Source:Proceedings of the National Academy of Sciences of the United States of America, 86:1229–1233, 1989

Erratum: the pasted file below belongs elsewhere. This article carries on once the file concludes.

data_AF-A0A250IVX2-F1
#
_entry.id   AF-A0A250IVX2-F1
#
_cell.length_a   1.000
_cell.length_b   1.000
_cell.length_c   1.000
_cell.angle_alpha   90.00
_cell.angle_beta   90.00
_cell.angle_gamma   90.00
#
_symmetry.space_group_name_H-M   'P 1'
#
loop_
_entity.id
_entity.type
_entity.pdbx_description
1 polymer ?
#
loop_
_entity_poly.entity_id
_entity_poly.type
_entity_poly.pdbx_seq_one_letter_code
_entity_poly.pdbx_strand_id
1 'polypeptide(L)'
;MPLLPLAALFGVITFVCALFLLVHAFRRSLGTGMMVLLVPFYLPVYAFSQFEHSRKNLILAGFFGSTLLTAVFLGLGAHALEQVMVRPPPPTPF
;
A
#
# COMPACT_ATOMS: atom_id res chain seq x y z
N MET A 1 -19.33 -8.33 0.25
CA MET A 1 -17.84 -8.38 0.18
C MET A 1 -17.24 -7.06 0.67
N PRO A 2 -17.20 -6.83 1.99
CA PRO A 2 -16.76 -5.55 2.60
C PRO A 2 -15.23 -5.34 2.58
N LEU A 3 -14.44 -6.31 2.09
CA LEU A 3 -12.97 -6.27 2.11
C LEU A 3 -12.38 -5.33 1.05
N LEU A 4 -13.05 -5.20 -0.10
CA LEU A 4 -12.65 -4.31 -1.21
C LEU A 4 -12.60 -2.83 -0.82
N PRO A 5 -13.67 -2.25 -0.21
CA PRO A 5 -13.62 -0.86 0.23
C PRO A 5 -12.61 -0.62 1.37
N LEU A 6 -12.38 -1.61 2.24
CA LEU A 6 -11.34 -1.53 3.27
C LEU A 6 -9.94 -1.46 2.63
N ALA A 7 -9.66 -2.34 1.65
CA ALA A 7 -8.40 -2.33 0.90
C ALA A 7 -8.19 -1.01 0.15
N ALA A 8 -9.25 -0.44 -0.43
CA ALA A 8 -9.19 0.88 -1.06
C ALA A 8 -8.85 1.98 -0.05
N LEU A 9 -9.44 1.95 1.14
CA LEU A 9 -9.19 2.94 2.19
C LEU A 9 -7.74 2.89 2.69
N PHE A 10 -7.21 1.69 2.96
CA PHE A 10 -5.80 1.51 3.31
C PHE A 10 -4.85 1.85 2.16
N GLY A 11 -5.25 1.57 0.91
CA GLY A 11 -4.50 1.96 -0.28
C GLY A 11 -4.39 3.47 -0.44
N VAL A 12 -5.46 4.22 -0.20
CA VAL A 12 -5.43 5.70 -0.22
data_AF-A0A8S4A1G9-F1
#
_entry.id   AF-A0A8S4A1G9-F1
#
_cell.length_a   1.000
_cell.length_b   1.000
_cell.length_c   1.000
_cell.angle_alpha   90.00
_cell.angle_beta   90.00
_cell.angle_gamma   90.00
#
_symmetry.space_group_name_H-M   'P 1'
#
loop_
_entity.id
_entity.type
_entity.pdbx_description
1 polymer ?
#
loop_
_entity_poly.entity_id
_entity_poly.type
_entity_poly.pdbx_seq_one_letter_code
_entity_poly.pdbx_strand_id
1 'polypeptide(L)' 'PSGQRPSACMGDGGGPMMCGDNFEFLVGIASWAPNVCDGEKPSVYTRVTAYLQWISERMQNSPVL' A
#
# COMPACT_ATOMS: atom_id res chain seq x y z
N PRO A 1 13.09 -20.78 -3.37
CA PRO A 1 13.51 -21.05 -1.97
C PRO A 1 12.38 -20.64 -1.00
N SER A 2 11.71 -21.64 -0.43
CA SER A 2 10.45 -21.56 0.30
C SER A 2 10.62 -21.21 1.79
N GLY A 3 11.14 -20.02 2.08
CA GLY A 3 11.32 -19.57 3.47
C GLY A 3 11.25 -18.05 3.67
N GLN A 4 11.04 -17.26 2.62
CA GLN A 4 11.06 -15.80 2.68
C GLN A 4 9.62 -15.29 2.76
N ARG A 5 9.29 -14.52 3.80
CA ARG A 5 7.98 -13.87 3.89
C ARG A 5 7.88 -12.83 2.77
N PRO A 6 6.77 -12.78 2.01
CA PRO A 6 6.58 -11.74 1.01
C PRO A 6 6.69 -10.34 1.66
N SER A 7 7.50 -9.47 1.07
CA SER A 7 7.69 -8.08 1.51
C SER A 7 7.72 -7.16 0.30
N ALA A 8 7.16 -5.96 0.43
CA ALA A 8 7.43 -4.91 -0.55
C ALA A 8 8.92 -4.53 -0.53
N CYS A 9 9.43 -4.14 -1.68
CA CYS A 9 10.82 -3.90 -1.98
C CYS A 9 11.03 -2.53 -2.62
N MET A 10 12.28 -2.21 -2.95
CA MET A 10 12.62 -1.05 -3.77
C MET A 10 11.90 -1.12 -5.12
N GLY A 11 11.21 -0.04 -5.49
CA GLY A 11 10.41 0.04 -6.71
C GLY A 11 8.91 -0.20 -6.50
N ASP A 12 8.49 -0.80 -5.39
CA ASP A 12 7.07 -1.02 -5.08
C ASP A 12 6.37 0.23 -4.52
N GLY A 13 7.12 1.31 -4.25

To help elucidate the general rules of equilibrium globular protein folding, dynamic Monte Carlo simulations of a model beta-barrel globular protein having the six-stranded Greek key motif characteristic of real globular proteins were undertaken. The model protein possesses a typical beta-barrel amino acid sequence; however, all residues of a given type (e.g. hydrophobic residues) are identical. Even in the absence of site-specific interactions, starting from a high-temperature denatured state, these models undergo an all-or-none transition to a structurally unique six-stranded beta-barrel. These simulations suggest that the general rules of globular protein folding are rather robust in that the overall tertiary structure is determined by the general pattern of hydrophobic, hydrophilic, and turn-type residues, with site-specific interactions mainly involved in structural fine tuning of a given topology. Finally, these studies suggest that loops may play an important role in producing a unique native state. Depending on the stability of the native conformation of the long loop in the Greek key, the conformational transition can be described by a two-state, three-state, or even larger number of multiple equilibrium states model.